Seafood Safety: Pathogens, Chemical Pollutants and Natural Toxins

Human illness can occur from ingestion of contaminated seafood through three main routes:

  1. Raw, undercooked or poorly processed fish and shellfish that are contaminated by pathogens that can cause such diseases as hepatitis A, cholera or typhoid. Untreated or inadequately treated domestic sewage is the primary source of microbial pathogens, such as viruses and bacteria, in seafood; some disease-causing organisms can persist for months in or on fish or within the digestive tracts or gills of fish and shellfish. The health risks posed by these pathogens can be virtually eliminated with proper sewage treatment and disposal, monitoring programmes, proper food processing and preparation techniques and, most importantly, through thorough cooking of seafood products (Food and Nutrition Board 1991).
  2. Consumption of seafood that has been contaminated by industrial chemicals such as mercury, lead and pesticides. The global nature and pervasiveness of environmental pollution means that a wide variety of industrial chemicals—such as pesticides and heavy metals (e.g., lead and mercury)—are typically found in seafood. However, the extent of contamination varies widely from region to region and between species. Of particular concern are those chemicals that can bioaccumulate in humans, such as PCBs, dioxins and mercury. In these cases, contaminant burdens (from a wide variety of sources, including seafood) increase over time to levels where toxic effects may be exerted. Though much remains to be understood concerning the effects on human health of chronic contaminant exposure, an impressive body of information suggests a clear potential for increased cancer risks, immunosuppression, reproductive impacts and subtle impairment of neurological development in foetuses and children. In a major report on seafood safety, the Institute of Medicine of the US Academy of Sciences (Food and Nutrition Board 1991) recommended—as have numerous environmental and human health organizations—that an active environmental stance aimed at pollution prevention would ultimately be the best means to avoid continuing human health problems and pollution disasters as a result of industrial chemicals.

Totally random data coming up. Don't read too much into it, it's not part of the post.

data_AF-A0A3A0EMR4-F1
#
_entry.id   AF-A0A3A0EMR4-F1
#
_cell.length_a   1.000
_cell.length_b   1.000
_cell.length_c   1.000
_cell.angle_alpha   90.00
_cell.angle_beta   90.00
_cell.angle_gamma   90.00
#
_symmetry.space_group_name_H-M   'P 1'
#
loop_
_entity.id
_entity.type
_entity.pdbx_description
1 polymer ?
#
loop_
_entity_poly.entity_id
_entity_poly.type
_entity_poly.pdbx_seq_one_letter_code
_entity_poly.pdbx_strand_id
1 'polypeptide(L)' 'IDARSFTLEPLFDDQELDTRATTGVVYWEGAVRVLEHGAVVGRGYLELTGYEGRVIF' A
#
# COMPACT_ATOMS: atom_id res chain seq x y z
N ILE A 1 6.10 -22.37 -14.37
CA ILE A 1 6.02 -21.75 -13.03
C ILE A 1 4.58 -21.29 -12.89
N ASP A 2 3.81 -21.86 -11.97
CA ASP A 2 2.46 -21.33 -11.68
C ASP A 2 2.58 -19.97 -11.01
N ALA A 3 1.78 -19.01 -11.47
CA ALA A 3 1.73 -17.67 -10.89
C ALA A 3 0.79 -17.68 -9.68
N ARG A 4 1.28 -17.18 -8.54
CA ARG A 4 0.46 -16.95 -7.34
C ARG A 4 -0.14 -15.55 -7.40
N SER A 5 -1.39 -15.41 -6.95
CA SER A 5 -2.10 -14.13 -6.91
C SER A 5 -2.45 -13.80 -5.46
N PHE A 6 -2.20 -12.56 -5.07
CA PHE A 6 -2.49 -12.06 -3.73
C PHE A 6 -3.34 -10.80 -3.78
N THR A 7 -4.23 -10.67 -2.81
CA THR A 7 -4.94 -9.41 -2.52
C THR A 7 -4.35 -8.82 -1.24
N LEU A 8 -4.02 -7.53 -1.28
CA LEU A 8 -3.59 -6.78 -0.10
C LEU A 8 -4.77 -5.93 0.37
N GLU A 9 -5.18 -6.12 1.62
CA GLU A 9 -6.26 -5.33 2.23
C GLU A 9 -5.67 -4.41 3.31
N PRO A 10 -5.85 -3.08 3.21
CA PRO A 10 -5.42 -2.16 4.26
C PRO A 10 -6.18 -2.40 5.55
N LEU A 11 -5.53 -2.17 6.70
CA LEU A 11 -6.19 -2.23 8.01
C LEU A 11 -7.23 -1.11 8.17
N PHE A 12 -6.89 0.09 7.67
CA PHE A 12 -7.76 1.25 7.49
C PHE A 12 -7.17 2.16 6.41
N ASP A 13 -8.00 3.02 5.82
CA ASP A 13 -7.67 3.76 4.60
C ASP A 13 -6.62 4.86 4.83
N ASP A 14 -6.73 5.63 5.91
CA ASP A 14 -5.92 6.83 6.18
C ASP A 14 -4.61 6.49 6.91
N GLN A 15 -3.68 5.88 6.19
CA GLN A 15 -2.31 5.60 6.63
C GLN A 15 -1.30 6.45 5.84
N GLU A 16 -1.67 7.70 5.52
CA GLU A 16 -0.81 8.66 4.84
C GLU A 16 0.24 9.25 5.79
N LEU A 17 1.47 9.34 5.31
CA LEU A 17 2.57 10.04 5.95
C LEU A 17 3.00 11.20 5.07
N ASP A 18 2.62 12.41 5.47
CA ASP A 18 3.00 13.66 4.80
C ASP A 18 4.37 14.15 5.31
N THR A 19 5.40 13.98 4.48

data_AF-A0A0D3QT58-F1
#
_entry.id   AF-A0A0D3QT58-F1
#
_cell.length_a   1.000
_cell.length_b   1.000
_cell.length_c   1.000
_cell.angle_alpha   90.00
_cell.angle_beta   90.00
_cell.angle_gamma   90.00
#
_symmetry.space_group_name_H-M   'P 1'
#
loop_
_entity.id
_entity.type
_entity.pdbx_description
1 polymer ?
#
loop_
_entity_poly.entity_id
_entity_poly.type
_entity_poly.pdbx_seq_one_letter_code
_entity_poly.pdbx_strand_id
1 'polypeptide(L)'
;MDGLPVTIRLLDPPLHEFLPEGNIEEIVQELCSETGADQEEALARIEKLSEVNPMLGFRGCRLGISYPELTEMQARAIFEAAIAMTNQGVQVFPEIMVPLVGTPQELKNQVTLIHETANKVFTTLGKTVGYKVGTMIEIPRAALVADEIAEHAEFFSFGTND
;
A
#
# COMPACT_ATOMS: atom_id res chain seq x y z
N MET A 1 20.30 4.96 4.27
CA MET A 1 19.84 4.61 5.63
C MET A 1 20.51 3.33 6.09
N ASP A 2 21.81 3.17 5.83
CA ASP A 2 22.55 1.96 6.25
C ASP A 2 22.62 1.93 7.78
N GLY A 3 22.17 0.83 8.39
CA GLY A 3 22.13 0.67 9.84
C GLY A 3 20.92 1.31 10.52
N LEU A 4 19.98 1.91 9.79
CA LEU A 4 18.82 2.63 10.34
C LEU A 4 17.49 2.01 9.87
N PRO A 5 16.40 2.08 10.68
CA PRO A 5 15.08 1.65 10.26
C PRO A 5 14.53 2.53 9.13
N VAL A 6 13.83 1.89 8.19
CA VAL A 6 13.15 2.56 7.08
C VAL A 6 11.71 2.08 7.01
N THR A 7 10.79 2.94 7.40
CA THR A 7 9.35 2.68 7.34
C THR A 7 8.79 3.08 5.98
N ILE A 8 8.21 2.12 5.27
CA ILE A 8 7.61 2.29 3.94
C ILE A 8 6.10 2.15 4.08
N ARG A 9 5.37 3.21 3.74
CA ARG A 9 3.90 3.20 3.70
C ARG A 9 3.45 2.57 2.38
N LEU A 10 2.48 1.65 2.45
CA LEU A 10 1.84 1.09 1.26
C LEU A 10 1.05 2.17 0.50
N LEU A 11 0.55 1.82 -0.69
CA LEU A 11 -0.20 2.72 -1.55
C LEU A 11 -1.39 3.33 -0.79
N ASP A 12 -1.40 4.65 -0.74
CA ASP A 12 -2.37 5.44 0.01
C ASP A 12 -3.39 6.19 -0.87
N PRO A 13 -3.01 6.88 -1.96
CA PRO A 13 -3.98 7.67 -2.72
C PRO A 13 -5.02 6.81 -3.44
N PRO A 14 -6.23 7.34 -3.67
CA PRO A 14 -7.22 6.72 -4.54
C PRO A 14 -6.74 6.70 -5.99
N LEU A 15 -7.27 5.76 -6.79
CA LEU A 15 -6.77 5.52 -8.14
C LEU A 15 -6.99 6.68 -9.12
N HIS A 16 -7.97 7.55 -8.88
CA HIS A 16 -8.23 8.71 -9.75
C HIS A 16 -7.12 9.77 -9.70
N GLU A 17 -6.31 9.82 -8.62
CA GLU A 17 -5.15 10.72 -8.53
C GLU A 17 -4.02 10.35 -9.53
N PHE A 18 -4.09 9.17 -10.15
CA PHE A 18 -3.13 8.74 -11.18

3. Consumption of seafood contaminated by natural algae-related toxins, such as domoic acid, ciguatoxin and saxitoxin. A wide range of toxins are produced by various algae species, and these can accumulate in a range of seafood products, notably shellfish (the exception being ciguatoxin, which is found only in reef fish). Resulting illnesses include “shellfish poisoning”—either paralytic (PSP), amnesic (ASP), diarrhetic (DSP) or neurotoxic (NSP)—and ciguatera. Mortalities continue to result from PSP and ciguatera; no fatalities have been reported from ASP since its discovery in 1987, when three people died. There has been what appears to be an increase in toxic algal blooms since the 1970s, as well as changes in the distribution and intensity of fish and shellfish toxicity. Though algal blooms are natural events, it is strongly suspected that coastal nutrient pollution—mainly from fertilizers and sewage—is enhancing bloom formation or duration and thereby increasing the likelihood of seafood toxicity episodes (Anderson 1994). It is important to note that, unlike for pathogens, thorough cooking does not reduce the toxicity of seafood contaminated by these natural poisons.

 

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Contents

Preface
Part I. The Body
Part II. Health Care
Part III. Management & Policy
Part IV. Tools and Approaches
Part V. Psychosocial and Organizational Factors
Part VI. General Hazards
Part VII. The Environment
Part VIII. Accidents and Safety Management
Part IX. Chemicals
Part X. Industries Based on Biological Resources
Agriculture and Natural Resources Based Industries
Beverage Industry
Fishing
Resources
Food Industry
Forestry
Hunting
Livestock Rearing
Lumber
Paper and Pulp Industry
Part XI. Industries Based on Natural Resources
Part XII. Chemical Industries
Part XIII. Manufacturing Industries
Part XIV. Textile and Apparel Industries
Part XV. Transport Industries
Part XVI. Construction
Part XVII. Services and Trade
Part XVIII. Guides

Fishing Additional Resources

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Fishing References

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Cura, NM. 1995. Treading on dangerous waters. Samudra 13:19–23.

Dayton, PK, SF Thrush, MT Agardy, and RF Hofman. 1995. Environmental effects of marine fishing. Aquatic Conservation: Marine and Freshwater Ecosystems 5:205–232.